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Living Car Free Do you live car free or car light? Do you prefer to use alternative transportation (bicycles, walking, other human-powered or public transportation) for everyday activities whenever possible? Discuss your lifestyle here.

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Old 09-18-07, 11:48 PM   #1
I922sParkCir
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What to do? Car-free college student, must drive, or move out.

What an interesting predicament I am in. A month ago I went cold turkey, car-free, I just gave it away. Just to let you know who I am, I just turned 20, I am a Christian, Libertarian, Vegetarian, Environmentalist, Full-time student, who lives a little bit over 17 miles from school. I am fundamentally against cars in their present state. Now, when I went car free I understood that my bike will be my car and I am not willing to compromise in driving unless biking was impossible, and I will still have a social life, I'll just bike to get there. Finally I live in Orange County, and as you might know the housing market is insane so my only option is student loans (and being a libertarian I do not belive in government grants and loans) which can really add up, or living with my parents. I chose the latter.

Here comes the problem. My dad is a little bit on the paranoid side and is very against biking, and just tonight (after getting home after 1:30 AM after a 20 mile ride) made a rule, no biking after dark. I realise I am an adult but I understand, his house his rules.

I need to bike, want to tour on my Trek 520 to Seattle over the summer, so this is a pretty big life choose.

So what should I do, give up and drive, or rebel and probably cause problems, or try to move out , or something I haven't thought of?

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Old 09-19-07, 12:06 AM   #2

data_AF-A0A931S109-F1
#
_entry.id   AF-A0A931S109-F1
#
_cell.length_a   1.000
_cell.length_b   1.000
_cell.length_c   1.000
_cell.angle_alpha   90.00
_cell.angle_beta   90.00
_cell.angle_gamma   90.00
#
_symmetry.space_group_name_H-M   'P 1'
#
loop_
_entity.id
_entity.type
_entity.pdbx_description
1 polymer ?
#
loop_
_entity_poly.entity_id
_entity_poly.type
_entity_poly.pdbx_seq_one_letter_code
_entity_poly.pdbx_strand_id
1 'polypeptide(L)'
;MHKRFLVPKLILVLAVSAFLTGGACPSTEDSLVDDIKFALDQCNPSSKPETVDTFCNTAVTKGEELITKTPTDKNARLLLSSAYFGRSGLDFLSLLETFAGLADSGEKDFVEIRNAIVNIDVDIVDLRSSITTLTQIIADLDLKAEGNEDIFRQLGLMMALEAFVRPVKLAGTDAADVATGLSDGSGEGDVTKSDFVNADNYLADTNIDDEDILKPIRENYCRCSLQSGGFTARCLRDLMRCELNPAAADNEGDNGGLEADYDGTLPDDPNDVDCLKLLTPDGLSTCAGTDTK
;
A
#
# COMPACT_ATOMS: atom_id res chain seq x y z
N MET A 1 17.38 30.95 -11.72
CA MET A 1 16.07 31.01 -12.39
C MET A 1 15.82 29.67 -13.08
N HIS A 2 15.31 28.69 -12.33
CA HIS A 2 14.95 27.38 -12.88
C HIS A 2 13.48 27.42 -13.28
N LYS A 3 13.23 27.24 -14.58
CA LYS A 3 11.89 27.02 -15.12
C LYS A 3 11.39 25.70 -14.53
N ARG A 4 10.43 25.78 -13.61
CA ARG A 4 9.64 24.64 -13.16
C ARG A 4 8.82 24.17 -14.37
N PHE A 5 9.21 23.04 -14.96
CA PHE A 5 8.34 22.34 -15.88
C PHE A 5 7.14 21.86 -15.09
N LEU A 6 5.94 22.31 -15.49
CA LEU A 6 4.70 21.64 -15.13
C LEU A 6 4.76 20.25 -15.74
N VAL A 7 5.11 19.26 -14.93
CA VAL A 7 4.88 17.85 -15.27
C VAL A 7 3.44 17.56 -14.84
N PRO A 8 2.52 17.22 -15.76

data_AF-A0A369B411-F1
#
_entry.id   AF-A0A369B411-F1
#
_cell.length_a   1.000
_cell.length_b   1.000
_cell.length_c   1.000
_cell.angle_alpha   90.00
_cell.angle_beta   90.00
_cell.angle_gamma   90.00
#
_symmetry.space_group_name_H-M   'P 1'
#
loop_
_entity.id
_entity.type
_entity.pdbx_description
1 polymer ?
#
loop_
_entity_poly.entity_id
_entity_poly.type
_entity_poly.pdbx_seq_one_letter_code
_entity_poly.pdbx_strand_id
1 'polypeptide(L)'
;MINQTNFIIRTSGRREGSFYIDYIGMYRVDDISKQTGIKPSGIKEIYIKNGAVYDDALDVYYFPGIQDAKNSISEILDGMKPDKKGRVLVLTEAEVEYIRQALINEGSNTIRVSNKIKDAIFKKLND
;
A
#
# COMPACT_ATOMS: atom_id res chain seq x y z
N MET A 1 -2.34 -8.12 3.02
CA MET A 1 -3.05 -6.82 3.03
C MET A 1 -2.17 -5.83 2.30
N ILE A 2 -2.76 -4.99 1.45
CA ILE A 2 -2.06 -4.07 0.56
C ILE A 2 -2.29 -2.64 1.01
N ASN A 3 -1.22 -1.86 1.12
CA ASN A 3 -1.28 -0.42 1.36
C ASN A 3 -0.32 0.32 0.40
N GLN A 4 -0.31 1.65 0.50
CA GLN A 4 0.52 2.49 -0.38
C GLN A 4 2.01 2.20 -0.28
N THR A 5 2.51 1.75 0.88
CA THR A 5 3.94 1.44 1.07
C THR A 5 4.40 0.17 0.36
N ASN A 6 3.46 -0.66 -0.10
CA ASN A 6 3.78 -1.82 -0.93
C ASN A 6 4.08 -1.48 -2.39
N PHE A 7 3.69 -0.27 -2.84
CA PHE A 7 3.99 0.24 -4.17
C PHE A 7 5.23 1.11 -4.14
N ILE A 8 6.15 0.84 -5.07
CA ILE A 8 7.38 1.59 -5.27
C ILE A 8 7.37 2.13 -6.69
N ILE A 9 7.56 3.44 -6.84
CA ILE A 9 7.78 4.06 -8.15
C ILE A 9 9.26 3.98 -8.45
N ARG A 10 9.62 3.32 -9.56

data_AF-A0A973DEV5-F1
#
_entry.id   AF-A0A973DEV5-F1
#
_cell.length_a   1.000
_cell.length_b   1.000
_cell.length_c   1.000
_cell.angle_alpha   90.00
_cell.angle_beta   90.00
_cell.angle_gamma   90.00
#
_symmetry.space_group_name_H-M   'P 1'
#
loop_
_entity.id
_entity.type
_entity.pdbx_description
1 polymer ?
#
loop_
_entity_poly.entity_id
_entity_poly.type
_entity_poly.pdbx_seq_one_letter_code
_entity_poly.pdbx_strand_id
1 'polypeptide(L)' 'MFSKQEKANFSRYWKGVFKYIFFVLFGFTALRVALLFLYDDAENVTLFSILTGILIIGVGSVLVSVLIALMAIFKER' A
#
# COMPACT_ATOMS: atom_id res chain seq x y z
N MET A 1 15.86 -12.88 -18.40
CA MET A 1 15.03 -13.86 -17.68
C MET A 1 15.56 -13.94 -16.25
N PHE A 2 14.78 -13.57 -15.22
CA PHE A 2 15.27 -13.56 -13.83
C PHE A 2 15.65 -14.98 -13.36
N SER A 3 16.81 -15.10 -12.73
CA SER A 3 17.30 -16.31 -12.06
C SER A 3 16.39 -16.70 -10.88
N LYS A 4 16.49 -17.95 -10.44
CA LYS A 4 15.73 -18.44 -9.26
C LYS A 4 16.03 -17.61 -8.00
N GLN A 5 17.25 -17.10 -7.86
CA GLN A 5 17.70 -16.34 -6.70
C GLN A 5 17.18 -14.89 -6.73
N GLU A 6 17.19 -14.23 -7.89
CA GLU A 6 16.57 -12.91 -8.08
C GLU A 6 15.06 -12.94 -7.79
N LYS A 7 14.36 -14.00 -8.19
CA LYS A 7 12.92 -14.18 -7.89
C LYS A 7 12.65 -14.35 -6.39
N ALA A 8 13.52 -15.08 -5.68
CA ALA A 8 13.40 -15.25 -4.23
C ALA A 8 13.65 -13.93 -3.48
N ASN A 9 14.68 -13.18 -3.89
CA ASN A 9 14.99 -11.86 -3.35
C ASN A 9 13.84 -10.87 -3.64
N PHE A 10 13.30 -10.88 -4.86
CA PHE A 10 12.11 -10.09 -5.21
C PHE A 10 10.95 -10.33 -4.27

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It's probably time to move out anyway.
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Old 09-19-07, 12:10 AM   #3
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...no biking after dark...
Is your class schedule consistent with daylight cycling only? If night riding is optional, it would be possible to comply with your dad's rule.

My son is in his 20s, car free, and he is also a long distance cyclist. He likes to ride at night. I'd class him as a near expert rider. He has an unbelievably bright set of lights. But I'm a dad and I still worry about his safety on the road at night.
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Old 09-19-07, 12:19 AM   #4
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It's probably time to move out anyway.
You're probably right, but then I'd have to take less units and work full time. Would it be worth it?
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Old 09-19-07, 12:52 AM   #5
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How about at scooter? I have one for the times when I need to get to school (10 miles) fast. Like if I got off of work late or whatever. If you ask me, worry about your education first, once you graduate you still have another 50+ years to be car-free.
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Old 09-19-07, 12:53 AM   #6
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btw, at over 100 miles per gallon I dont think a scooter will hurt much as far as pollution goes.
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Old 09-19-07, 01:13 AM   #7
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You're probably right, but then I'd have to take less units and work full time. Would it be worth it?
Self-sufficiency and living independently may not be a credit requirement for graduation, but the skills will serve you well throughout your life.
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Old 09-19-07, 06:11 AM   #8
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Do you have really, really good lights and lots of reflective gear? You might be able to convince your Dad to let you ride after dark if you can show him how visable you make yourself. Then present him with some opinions on night riding (you can search these forums). Many experienced riders believe that it's actually safer to ride when there is so much less traffic as long as you are visable.

That being said, I left home at 18 myself because I didn't want to follow my parents rules anymore. There's no crime in taking a long time to get a college degree.
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Old 09-19-07, 06:15 AM   #9
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btw, at over 100 miles per gallon I dont think a scooter will hurt much as far as pollution goes.
This is a falsity. In general scooter emissions are equivalent to that of an SUV. Yes you are using less fuel but due to the mixing of gas and oil the emissions are dirtier than other vehicles that use catalytic converters filter out particulates.
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Old 09-19-07, 06:27 AM   #10
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...really good lights...